An Update on the Mississippi Irrigation Scheduling Tool

Author(s): Tagert, M.; Linhoss, A.; Rawson, J.; Sassenrath, G.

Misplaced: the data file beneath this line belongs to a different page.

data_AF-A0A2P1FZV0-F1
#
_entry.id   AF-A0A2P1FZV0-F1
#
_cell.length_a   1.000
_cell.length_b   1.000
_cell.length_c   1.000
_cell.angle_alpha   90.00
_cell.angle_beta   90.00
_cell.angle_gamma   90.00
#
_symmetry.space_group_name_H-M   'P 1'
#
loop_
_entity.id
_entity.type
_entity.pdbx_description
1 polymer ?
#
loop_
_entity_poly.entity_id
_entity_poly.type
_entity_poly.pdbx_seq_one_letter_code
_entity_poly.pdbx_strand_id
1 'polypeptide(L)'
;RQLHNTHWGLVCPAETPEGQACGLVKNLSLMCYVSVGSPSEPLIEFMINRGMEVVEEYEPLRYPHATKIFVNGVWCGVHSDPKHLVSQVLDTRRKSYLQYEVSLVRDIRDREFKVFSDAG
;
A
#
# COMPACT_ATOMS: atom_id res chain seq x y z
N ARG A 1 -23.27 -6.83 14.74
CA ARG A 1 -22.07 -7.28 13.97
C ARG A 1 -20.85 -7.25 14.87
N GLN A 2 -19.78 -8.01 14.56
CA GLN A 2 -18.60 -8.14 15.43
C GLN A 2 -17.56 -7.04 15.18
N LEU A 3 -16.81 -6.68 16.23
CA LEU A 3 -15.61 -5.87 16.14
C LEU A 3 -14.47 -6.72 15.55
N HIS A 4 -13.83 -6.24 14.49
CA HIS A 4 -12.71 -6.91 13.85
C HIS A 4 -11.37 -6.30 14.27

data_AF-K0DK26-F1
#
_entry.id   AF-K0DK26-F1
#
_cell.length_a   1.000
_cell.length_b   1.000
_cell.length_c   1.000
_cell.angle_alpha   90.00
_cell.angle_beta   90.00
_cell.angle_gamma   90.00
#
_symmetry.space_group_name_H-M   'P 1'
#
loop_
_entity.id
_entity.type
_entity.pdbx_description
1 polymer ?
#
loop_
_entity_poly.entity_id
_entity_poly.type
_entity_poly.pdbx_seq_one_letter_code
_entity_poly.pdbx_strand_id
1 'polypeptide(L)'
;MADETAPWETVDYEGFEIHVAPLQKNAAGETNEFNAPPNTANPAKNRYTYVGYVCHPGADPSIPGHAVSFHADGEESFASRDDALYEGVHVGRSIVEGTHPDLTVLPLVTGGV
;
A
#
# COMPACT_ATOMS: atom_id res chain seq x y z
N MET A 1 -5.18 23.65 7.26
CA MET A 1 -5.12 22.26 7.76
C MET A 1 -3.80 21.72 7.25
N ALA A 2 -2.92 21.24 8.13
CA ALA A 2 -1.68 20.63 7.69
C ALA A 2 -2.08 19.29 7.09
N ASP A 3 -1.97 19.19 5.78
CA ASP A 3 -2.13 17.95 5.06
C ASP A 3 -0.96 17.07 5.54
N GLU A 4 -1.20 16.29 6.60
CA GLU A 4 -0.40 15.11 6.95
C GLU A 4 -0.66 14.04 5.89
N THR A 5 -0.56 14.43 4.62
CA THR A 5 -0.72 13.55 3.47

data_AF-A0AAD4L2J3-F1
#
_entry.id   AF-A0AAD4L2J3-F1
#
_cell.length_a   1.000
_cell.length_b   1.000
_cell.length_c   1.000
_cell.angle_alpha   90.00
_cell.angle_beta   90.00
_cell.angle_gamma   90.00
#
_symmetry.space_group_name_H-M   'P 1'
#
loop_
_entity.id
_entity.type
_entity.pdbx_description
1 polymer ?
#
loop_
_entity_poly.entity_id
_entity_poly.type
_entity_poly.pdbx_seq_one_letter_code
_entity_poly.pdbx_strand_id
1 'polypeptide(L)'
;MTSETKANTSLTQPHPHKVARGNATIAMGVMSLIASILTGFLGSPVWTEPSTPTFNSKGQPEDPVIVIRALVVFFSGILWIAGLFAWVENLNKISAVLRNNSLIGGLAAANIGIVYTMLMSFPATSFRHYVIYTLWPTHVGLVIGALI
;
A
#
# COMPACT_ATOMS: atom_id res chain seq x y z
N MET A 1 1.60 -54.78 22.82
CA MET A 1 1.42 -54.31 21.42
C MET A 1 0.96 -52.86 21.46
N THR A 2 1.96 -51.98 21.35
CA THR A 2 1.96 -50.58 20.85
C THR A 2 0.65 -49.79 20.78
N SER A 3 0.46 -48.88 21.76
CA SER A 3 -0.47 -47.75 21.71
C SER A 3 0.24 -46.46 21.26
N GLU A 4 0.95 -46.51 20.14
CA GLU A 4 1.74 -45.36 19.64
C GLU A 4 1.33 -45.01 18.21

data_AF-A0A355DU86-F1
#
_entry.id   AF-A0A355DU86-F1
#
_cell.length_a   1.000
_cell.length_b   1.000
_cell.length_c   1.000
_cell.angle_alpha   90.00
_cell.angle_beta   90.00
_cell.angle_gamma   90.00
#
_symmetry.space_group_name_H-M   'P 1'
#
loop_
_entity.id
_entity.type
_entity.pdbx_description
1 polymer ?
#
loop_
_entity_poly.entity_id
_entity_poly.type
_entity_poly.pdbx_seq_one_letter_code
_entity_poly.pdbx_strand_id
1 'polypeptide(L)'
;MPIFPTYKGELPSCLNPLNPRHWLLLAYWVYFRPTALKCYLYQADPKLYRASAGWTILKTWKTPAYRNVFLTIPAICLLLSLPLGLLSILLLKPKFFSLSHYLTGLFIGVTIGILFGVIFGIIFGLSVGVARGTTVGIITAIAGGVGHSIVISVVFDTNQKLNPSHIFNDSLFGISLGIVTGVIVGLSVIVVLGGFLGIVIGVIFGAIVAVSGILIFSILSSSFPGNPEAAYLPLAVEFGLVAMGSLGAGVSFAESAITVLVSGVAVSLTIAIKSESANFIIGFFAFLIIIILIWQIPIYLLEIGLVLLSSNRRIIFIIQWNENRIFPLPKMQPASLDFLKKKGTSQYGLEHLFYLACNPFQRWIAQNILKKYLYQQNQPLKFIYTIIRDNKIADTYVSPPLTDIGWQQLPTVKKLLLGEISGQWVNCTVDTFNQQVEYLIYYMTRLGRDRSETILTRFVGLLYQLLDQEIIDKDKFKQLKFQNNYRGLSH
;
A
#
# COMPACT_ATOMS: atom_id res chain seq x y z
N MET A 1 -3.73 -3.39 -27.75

Since the 1970’s, groundwater levels in the Mississippi Alluvial Aquifer have decreased as the number of irrigated acres in the Mississippi Delta has increased. Today, there are roughly 18,000 permitted irrigation wells dependent on water from the Mississippi Alluvial Aquifer. As concern has grown over groundwater declines, farmers have been implementing more irrigation conservation measures, such as the use of surge valves and computerized hole selection, which improve irrigation application methods. Some farmers are also using soil moisture sensors to improve irrigation timing, although this can be cumbersome, especially if irrigating a large number of fields. The Mississippi Irrigation Scheduling Tool (MIST) is a web-based irrigation scheduling tool designed to help farmers manage and schedule irrigation in a humid climate. The tool provides an estimate of crop water use based on a “checkbook” approach that determines the water balance of the soil, plus water from rainfall or irrigation, minus water used by the crop or evaporated from the soil. Daily evaporation is calculated using the modified Penman-Monteith equation. The system automatically notifies the farmer if irrigation is required when the available soil moisture balance falls below a set threshold. MIST, which is being tested in selected areas in the MS Delta region, has a web interface that allows producers to access their information from anywhere through tablet computers or smart phones. This presentation will give an update on the MIST project and summarize progress to date.

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